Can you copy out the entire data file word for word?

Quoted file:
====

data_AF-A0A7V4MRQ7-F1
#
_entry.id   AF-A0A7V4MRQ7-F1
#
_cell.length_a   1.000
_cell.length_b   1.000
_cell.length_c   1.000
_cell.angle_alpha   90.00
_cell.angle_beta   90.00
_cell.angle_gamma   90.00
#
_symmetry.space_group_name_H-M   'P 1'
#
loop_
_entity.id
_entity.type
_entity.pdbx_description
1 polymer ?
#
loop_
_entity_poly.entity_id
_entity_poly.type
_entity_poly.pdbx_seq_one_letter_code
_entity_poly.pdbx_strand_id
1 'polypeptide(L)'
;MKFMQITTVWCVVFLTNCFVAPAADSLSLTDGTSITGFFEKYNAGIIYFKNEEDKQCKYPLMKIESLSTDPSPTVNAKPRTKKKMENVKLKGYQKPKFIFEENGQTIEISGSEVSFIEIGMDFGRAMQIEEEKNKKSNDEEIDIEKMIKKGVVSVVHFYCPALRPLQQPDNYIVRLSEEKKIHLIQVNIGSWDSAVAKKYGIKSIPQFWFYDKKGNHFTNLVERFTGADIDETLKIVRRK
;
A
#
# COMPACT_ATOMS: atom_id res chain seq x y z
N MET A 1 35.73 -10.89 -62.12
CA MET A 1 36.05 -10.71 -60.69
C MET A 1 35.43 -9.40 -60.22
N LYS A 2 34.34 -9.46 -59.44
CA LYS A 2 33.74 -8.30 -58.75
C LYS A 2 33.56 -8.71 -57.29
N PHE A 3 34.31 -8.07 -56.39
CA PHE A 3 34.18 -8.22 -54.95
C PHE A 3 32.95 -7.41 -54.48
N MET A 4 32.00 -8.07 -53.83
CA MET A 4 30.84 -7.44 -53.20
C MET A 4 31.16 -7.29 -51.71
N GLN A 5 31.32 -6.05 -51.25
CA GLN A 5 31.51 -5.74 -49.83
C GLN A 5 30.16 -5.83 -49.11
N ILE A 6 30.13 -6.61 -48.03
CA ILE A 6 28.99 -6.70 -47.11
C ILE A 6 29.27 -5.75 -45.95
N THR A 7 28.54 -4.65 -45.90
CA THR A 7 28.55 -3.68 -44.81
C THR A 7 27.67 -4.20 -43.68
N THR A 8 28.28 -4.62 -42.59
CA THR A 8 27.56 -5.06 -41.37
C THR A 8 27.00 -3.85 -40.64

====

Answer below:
data_AF-A0A7V4MRQ7-F1
#
_entry.id   AF-A0A7V4MRQ7-F1
#
_cell.length_a   1.000
_cell.length_b   1.000
_cell.length_c   1.000
_cell.angle_alpha   90.00
_cell.angle_beta   90.00
_cell.angle_gamma   90.00
#
_symmetry.space_group_name_H-M   'P 1'
#
loop_
_entity.id
_entity.type
_entity.pdbx_description
1 polymer ?
#
loop_
_entity_poly.entity_id
_entity_poly.type
_entity_poly.pdbx_seq_one_letter_code
_entity_poly.pdbx_strand_id
1 'polypeptide(L)'
;MKFMQITTVWCVVFLTNCFVAPAADSLSLTDGTSITGFFEKYNAGIIYFKNEEDKQCKYPLMKIESLSTDPSPTVNAKPRTKKKMENVKLKGYQKPKFIFEENGQTIEISGSEVSFIEIGMDFGRAMQIEEEKNKKSNDEEIDIEKMIKKGVVSVVHFYCPALRPLQQPDNYIVRLSEEKKIHLIQVNIGSWDSAVAKKYGIKSIPQFWFYDKKGNHFTNLVERFTGADIDETLKIVRRK
;
A
#
# COMPACT_ATOMS: atom_id res chain seq x y z
N MET A 1 35.73 -10.89 -62.12
CA MET A 1 36.05 -10.71 -60.69
C MET A 1 35.43 -9.40 -60.22
N LYS A 2 34.34 -9.46 -59.44
CA LYS A 2 33.74 -8.30 -58.75
C LYS A 2 33.56 -8.71 -57.29
N PHE A 3 34.31 -8.07 -56.39
CA PHE A 3 34.18 -8.22 -54.95
C PHE A 3 32.95 -7.41 -54.48
N MET A 4 32.00 -8.07 -53.83
CA MET A 4 30.84 -7.44 -53.20
C MET A 4 31.16 -7.29 -51.71
N GLN A 5 31.32 -6.05 -51.25
CA GLN A 5 31.51 -5.74 -49.83
C GLN A 5 30.16 -5.83 -49.11
N ILE A 6 30.13 -6.61 -48.03
CA ILE A 6 28.99 -6.70 -47.11
C ILE A 6 29.27 -5.75 -45.95
N THR A 7 28.54 -4.65 -45.90
CA THR A 7 28.55 -3.68 -44.81
C THR A 7 27.67 -4.20 -43.68
N THR A 8 28.28 -4.62 -42.59
CA THR A 8 27.56 -5.06 -41.37
C THR A 8 27.00 -3.85 -40.64